Pet Experts, Activists, Your Average Pet Owners Chime In: Resolutions for 2009


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We all make resolutions for the New Year, for ourselves, and even for our pets. Here are a few –

“(1) Adopt from a shelter or a breed-rescue group; (2) be sure pets get the medical care pets need, especially felines, who are sometimes neglected; (3) patronize movies earning the ‘No Animals Were Harmed’ end credit from American Humane; (4) financially support humane organizations, both locally and nationally,” Marie Belew Wheatley, president/CEO American Humane Association, Denver, CO.

“I promise my three dogs (Teigh, Belle and Angel) that I will try to get home earlier from work to feed them and to spend more time, and walk them sooner. They promise me that if I do that, they won’t trash my apartment, “ David Frei, director of communications of the Westminster Kennel Club and President of Angel On A Leash, New York, NY.

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“I’m going to work on teaching my toddler not to torment the tortoise,” tortoise owner Christina Wantz Fixemer, Gilberts, IL.

“I resolve to keep the cats awake at least five hours a day,” Dena Harris, pet writer/speaker, Greensboro, NC.

“I resolve to be a responsible dog owner and clean up after my dog (even when it snows!),” dog owner Christine Hale Vertucci, Chicago, IL

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“As a cat owner: 1. To put my cat- and me- on a diet! The goal is to lose 10 percent of our body weight- that’s 1.6 pounds for pudgy Paddy, and if I told you what that was for me it would be TMI (too much information).

       “2. To take photographs of my two hilarious cats when they are entwined in their donut bed grooming each other, and each cat has their tongue in the other cat’s ear..

         “Representing the CATalyst Council: 1. Design more ways to reach more veterinarians, shelter professionals, and the public so they everyone understands that cats deserve ‘pet parity.’ Cats are entitled to a loving home, good nutrition, permanent identification, regularly scheduled medical care, including parasite prevention; necessary vaccines and health assessment. 2. Enlighten people who don’t yet to realize that ‘cats are cool!” feline veterinarian Dr. Jane Brunt, executive director CATalyst Council, Baltimore, MD.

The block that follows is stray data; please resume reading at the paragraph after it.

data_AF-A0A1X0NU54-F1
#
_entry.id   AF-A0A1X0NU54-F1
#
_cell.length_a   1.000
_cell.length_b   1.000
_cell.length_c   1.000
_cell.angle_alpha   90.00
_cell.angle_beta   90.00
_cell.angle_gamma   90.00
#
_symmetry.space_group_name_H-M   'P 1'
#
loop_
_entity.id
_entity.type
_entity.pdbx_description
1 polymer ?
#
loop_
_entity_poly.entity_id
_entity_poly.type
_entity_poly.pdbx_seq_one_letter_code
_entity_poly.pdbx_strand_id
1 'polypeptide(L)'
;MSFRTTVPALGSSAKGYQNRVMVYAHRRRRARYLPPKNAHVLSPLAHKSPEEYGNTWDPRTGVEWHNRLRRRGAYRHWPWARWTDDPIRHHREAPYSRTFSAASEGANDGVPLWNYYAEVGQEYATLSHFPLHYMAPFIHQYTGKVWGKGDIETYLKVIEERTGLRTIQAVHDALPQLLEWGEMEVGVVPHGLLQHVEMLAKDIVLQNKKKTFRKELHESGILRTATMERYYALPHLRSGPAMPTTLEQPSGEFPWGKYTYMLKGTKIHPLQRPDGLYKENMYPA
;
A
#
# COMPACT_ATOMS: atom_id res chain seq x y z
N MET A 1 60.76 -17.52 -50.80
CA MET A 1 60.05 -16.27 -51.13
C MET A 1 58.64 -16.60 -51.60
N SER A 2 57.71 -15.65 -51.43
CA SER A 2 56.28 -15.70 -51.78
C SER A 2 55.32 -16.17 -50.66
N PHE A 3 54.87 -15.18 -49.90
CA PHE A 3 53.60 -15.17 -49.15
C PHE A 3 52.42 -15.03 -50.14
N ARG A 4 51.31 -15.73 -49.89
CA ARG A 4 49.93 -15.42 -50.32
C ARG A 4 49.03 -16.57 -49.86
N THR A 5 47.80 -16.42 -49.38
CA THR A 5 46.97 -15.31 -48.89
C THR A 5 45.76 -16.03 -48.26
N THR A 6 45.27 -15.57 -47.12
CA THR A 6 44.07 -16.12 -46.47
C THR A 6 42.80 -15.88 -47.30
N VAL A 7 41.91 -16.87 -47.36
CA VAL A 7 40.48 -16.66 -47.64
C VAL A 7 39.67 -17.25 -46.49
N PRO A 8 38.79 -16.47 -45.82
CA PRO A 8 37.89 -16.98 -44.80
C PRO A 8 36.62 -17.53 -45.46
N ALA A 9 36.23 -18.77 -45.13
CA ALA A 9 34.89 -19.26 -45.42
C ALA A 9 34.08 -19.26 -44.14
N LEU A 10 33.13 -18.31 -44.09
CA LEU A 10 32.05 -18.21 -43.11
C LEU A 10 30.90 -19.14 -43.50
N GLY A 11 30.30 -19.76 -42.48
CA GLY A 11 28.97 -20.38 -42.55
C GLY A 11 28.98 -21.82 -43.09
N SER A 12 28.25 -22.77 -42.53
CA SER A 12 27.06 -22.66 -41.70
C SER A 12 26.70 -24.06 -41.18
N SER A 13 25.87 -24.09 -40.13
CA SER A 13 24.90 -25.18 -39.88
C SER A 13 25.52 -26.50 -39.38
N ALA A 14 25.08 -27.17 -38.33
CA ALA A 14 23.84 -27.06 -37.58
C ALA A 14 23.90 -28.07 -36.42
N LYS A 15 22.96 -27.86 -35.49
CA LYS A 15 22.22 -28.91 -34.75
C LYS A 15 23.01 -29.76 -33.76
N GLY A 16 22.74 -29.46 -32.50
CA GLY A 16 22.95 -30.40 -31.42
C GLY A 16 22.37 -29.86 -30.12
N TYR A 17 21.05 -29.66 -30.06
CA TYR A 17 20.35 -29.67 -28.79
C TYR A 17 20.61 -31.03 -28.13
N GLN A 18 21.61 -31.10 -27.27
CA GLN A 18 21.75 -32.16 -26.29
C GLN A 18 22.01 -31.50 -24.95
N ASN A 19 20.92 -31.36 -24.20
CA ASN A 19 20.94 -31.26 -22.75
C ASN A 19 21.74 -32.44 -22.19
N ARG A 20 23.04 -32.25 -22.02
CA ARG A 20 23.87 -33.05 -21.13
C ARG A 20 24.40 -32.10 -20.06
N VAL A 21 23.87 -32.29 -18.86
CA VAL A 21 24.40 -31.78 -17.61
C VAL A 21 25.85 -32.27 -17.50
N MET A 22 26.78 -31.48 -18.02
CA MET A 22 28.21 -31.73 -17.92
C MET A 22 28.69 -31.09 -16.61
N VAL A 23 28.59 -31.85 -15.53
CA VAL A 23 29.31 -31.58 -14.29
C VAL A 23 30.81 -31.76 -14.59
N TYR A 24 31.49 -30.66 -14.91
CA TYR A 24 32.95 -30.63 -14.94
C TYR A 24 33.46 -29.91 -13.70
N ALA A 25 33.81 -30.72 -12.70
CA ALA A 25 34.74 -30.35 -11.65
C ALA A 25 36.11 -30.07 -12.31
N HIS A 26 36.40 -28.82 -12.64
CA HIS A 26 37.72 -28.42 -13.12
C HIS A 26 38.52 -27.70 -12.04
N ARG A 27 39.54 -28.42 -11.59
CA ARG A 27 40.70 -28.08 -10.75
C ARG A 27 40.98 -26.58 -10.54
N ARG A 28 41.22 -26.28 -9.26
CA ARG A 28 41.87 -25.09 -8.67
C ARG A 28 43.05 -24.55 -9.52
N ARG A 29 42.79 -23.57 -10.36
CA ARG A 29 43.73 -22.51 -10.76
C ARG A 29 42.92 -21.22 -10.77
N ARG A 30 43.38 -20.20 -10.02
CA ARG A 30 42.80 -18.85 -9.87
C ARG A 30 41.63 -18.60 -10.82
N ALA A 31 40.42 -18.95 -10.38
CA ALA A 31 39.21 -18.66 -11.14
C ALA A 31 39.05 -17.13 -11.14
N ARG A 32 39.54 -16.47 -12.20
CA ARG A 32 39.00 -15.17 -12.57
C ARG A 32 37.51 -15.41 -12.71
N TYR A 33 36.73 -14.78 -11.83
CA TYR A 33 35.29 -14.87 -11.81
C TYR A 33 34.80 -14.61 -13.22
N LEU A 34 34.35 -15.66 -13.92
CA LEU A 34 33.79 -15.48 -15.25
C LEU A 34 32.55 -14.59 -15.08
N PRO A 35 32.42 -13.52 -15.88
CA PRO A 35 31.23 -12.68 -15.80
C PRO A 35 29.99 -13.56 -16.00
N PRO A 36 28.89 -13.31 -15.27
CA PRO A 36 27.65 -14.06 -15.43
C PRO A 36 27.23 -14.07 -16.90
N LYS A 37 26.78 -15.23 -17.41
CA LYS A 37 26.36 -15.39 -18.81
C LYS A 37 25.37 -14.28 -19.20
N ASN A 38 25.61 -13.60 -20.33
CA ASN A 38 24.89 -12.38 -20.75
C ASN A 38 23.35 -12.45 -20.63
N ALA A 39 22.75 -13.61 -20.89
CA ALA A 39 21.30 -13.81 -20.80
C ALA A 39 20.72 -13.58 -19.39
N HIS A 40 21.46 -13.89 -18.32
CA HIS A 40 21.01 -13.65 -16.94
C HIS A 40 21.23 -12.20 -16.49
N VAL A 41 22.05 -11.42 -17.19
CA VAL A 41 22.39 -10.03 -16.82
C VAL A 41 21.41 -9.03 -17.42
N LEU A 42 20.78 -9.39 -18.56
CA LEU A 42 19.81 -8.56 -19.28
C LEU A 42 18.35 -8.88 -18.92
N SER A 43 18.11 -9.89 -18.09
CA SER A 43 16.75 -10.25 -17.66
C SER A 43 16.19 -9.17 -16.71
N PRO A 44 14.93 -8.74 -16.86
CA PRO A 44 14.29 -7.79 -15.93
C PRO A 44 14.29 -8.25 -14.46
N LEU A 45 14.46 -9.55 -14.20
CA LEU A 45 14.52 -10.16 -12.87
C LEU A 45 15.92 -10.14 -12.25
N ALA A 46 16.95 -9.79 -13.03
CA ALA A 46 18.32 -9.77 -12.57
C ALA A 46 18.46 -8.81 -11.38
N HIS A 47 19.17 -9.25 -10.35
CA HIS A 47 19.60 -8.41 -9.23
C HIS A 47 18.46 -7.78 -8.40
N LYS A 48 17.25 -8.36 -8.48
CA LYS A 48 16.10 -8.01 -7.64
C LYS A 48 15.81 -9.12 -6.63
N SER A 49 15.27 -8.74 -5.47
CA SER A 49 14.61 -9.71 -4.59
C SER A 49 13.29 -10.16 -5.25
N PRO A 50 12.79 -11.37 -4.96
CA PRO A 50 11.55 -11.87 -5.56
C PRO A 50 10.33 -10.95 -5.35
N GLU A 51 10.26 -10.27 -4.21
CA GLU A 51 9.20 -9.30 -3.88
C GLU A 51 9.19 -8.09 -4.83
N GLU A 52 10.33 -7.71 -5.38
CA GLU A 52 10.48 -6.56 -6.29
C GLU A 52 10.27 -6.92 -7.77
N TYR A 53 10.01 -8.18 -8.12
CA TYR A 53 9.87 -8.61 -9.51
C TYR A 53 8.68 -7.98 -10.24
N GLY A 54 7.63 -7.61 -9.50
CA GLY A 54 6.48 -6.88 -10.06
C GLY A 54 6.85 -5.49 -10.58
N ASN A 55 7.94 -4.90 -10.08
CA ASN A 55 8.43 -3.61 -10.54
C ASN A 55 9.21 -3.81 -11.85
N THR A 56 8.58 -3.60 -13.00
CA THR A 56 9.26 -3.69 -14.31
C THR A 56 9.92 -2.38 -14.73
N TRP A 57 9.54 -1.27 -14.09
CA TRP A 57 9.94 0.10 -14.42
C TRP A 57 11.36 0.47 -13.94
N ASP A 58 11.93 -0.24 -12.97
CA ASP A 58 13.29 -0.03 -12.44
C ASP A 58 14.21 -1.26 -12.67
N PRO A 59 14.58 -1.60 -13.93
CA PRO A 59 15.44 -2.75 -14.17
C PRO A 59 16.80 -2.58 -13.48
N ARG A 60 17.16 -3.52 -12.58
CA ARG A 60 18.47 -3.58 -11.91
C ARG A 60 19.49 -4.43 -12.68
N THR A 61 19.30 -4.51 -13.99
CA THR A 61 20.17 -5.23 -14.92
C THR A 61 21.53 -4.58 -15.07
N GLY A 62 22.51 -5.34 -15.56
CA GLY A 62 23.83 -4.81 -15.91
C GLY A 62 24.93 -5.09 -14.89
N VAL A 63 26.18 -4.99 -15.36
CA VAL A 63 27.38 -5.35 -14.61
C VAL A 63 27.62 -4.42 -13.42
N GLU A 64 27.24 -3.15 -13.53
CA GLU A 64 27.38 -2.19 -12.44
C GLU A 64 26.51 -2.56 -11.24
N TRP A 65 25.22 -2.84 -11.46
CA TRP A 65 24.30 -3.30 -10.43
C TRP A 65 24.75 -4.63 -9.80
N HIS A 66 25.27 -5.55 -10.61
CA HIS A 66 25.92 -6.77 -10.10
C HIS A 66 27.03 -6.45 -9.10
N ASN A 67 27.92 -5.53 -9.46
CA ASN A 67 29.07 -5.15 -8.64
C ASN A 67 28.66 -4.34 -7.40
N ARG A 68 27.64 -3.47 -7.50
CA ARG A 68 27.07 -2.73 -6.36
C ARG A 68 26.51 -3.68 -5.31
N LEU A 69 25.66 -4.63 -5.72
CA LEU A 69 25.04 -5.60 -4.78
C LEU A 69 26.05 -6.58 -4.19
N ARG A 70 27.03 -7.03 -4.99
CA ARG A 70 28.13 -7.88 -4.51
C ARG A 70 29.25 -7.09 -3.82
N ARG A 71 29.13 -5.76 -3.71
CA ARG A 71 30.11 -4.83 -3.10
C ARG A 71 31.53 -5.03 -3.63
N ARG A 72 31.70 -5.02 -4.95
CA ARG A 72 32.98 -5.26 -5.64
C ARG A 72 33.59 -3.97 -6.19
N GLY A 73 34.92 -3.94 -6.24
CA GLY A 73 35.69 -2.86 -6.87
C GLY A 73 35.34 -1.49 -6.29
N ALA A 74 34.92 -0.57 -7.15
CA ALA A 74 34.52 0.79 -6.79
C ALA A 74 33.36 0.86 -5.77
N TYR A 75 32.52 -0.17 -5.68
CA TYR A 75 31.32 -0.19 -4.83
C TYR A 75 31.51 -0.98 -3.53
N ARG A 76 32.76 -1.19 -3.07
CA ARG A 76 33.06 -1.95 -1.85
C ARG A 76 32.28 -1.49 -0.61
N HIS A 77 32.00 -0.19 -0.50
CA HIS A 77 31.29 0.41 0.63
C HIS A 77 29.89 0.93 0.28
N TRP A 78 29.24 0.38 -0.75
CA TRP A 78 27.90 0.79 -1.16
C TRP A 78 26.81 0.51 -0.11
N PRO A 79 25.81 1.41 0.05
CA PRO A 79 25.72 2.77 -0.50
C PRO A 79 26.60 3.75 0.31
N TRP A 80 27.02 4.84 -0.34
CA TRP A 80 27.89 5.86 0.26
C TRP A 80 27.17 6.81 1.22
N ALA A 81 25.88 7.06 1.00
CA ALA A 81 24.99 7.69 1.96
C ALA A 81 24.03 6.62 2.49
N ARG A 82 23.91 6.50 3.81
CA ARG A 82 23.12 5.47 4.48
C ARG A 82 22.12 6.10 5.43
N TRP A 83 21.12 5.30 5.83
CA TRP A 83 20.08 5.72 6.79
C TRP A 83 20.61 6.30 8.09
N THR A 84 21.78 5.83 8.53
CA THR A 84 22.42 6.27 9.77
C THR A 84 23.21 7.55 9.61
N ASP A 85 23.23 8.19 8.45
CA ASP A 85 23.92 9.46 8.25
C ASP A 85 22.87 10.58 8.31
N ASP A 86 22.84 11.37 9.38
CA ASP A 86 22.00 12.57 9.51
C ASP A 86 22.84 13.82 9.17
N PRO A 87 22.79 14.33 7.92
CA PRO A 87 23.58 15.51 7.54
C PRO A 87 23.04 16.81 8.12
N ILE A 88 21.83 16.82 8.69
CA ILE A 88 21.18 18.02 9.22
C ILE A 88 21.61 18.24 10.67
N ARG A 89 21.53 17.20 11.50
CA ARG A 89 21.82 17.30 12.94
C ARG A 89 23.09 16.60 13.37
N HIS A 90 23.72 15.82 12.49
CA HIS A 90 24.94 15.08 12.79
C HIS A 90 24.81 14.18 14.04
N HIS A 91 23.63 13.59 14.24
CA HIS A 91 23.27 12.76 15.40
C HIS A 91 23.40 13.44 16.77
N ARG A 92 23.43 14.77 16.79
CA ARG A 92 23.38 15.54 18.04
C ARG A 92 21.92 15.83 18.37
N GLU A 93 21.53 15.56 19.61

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“Pet owners should resolve to be a political advocate for their pets, Pet owners would be surprised to learn that state and federal legislation can actually affect their pet’s health care. For example, during these tough economic times, government is looking for creative ways to increase their revenues. States such as California and Wisconsin have already proposed taxing veterinary care.  At a time when people are struggling to pay their bills and many are faced with foreclosure, these extra financial burdens could force some companion animals to go without medical care or even be unnecessarily relinquished to animal shelters,” Dr. W. Ron DeHaven, chief executive officer, American Veterinary Medical Association, Schaumburg, IL.

“For Harper (Cavalier King Charles Spaniel), my resolution is to do a better job of training her to pass Canine Good Citizen test; for Twyla (another Cavalier King Charles Spaniel), to take her on more walks and teach her a new trick; for Bella (yet another Cavalier King Charles), it’s simply to keep my sweet 13-year-old happy and healthy,” Kim Campbell Thornton, pet columnist  MSNBC.com and pet book author,  Lake Forest, CA.

“Let’s all resolve to give our dogs mental as well as physical exercise, resulting in healthier, happier dogs and fewer behavioral problems! It’s easy to do–teach a new trick once a month and give your dog interactive toys that requires problem solving,” Patricia B. McConnell, certified applied animal behaviorist, author “Tales of Two Species” and “For the Love of a Dog,” Black Earth, WI.